• setting deadlines for payment, in particular, 10 business days, for products with a shelf life of less than 10 days, 30 calendar days for products with a shelf life of 10-30 days and 45 calendar days for products with a shelf life of over 30 days, as well as alcoholic products made in Russia.
  • A ban on certain conditions for supplies including: return of unsold goods, different kinds of remuneration and compensation for retail chains (for instance, for theft of goods in a salesroom), the requirement for a supplier to undertake marketing, rendering of product promotion services by the retail chain, and the requirement to discloseconditions of work with other contractors.
  • establish liability for failure to observe "best conditions"; -demand disclosure of information on transactions with the buyer's competitors;
  • establish an "entry fee," fees for a product range, etc.;
  • demand the lowering of a price to a competitor's minimum price.
  • a ban on use of commission agreements or their elements in wholesale trade of food products.
  • The Law narrows down relations in trading of food products exclusively to supply relations. All other relations are allowed exclusively on a voluntary basis (for instance, under a services agreement, services may be rendered for advertisement of food products, marketing, and promotion); however, any tying is ruled out. The law does not mean only formal agreements, but also the actual behavior of the parties - the conclusion of a supply agreement cannot be made conditional upon, for example, a marketing agreement.

    Prohibitions in the Law are formulated in a very specific manner, which significantly lowers the possibility to evade them, and creates substantial risks in the event they are breached.

    In particular, sanctions for a breach of competition laws may be applied, including fines on management of 30,000 to 50,000 rubles and 700,000 to 1,000,000 rubles on the company (draft amendments to the Russian Code on Administrative Offences have already been prepared by the Federal Antimonopoly Service). It is apparent that administrative liability will be applied in addition to civil law consequences, including declaring the relevant provisions of a supply agreement invalid and the resultant recovery of losses.

    4. Government price setting for socially significant basic food products should the price rise by 30% over 30 days

    In particular, the Law stipulates that Russian Government may introduce maximum acceptable retail prices for essential basic food products, for a period not longer than 90 calendar days, should prices rise by 30% or more over a 30-day period, with the goal to stabilize prices. The Law does not specify either the criteria for setting the maximum acceptable retail prices, or the possibility to compensate for possible losses incurred in connection with the sale of products at the established price.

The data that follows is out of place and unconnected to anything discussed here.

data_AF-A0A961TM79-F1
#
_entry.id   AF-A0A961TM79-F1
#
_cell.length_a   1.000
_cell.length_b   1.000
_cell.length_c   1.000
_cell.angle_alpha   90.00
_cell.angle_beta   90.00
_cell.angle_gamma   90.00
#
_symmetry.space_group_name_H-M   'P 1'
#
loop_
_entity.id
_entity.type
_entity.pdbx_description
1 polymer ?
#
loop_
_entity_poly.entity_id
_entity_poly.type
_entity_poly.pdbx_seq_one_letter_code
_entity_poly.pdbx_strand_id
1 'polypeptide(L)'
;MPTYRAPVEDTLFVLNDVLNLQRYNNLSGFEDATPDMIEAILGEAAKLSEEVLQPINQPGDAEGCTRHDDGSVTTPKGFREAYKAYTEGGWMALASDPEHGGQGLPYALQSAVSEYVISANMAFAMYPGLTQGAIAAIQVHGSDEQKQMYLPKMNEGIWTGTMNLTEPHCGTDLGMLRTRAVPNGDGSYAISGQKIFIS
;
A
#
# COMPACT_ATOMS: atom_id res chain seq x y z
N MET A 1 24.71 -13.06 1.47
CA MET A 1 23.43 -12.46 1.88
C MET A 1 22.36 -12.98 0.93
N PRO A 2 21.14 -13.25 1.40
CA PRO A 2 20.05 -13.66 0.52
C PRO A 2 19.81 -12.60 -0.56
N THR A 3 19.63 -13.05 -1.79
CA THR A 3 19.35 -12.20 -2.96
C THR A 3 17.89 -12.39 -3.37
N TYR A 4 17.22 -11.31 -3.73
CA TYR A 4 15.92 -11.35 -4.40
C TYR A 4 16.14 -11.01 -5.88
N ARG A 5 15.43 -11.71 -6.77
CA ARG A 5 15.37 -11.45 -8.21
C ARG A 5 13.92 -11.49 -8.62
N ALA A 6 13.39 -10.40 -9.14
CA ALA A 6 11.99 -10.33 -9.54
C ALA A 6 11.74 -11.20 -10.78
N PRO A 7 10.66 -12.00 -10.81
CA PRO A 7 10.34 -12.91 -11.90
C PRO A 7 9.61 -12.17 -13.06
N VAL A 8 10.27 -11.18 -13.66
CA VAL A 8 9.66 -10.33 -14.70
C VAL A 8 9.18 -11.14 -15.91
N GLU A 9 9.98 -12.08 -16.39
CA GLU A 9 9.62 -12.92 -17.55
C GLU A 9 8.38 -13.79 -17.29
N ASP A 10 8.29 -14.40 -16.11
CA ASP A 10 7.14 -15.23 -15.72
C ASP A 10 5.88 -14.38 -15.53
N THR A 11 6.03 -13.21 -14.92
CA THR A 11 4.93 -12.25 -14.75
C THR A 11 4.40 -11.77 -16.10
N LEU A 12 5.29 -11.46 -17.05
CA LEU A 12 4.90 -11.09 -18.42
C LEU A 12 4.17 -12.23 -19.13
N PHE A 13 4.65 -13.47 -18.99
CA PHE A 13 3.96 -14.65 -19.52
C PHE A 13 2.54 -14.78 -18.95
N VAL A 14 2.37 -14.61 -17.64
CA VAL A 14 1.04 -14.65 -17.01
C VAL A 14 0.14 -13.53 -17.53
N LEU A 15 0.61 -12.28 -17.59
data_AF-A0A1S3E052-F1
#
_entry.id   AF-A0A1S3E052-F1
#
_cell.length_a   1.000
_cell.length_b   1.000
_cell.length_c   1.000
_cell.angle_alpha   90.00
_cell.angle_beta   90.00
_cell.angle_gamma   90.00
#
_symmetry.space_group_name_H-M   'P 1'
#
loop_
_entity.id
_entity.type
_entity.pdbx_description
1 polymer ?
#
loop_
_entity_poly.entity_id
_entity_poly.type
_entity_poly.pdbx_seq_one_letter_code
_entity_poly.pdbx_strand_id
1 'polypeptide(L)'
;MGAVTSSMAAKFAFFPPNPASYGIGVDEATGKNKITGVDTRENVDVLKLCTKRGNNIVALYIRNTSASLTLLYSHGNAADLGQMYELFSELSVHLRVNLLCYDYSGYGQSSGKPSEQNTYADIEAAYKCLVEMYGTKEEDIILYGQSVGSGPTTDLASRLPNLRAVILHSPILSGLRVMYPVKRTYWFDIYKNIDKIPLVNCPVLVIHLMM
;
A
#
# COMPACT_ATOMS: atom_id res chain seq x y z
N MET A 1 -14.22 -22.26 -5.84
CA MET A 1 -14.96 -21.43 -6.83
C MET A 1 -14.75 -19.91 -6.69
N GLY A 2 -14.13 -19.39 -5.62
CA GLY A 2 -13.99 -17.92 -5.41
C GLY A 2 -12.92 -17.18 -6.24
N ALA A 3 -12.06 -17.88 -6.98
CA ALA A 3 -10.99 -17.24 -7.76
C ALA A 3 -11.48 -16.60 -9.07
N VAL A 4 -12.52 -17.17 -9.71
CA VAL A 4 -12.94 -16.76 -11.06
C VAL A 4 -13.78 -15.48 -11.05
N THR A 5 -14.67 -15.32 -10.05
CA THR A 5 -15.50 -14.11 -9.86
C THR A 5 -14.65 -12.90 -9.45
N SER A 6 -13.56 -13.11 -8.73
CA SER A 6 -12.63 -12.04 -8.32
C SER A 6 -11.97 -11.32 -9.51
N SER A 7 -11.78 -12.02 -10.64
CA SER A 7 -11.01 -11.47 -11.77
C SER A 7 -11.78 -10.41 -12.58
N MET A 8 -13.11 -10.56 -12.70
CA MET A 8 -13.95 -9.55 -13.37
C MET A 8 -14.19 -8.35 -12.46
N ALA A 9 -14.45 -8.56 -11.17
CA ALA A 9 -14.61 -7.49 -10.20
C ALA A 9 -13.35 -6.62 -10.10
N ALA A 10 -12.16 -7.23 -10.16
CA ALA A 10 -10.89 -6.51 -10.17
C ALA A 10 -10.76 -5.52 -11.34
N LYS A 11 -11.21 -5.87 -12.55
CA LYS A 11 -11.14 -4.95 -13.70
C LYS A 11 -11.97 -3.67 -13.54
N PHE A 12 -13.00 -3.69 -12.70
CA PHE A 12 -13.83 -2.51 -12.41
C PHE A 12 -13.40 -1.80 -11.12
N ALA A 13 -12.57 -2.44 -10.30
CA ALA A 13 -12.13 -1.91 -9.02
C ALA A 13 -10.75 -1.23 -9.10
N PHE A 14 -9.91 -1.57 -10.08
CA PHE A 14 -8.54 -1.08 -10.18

5. Restrictions on the dominant position of retail chains to a 25% share of the market for food products

    A retail chain is prohibited from controlling more than 25% of the market for food products (this restriction does not extend to consumer cooperatives or to transactions made before the Law takes effect).

    The Law does not set a cumulative turnover amount for a dominant retail chain (1 billion rubles), something that was actively discussed earlier as a second binding criterion for this restriction.

    6. Elimination of administrative barriers in trade and creation of targeted development programs for trade and investment projects

    The Law contains a broad list of prohibitions for state authorities and local government bodies; in particular, it is forbidden to:

    • establish additional inspections (besides those specified by federal law) of the quality and safety of goods;
    • introduce monitoring and licensing procedures;
    • compel the sale of goods at set prices, etc.

    The Law also specifies the duty of state authorities and local government bodies to develop and approve, on a regional and local level, targeted programs for development of trade and investment projects aimed at developing trade infrastructure, including economic stimuli such as minimum per capita standards for availability of retail trade facilities in the region.

    This should create a serious stimulus to develop trade in the regions as there is an overlap of the interests of regional and local authorities with the interests of retail chains in developing various investment projects and programs in retail.

    The Law's provisions do not apply to "foreign trade" activity; the activity of commodity exchanges; or trade at "retail markets" (fairs).

    As the Law is so new and some of its rules ambiguous, how it is implemented in practice will be very important. This creates additional risks for traders trying to take timely and appropriate action to meet the new legislative requirements.

    Questions regarding this practice note may be addressed to Max Gutbrod, tel.: +7 495 787 2700, Alexander Monin, tel.: +7 495 787 27 00 and in St. Petersburg Ivan Smirnov, tel.: +7 812 303 9000.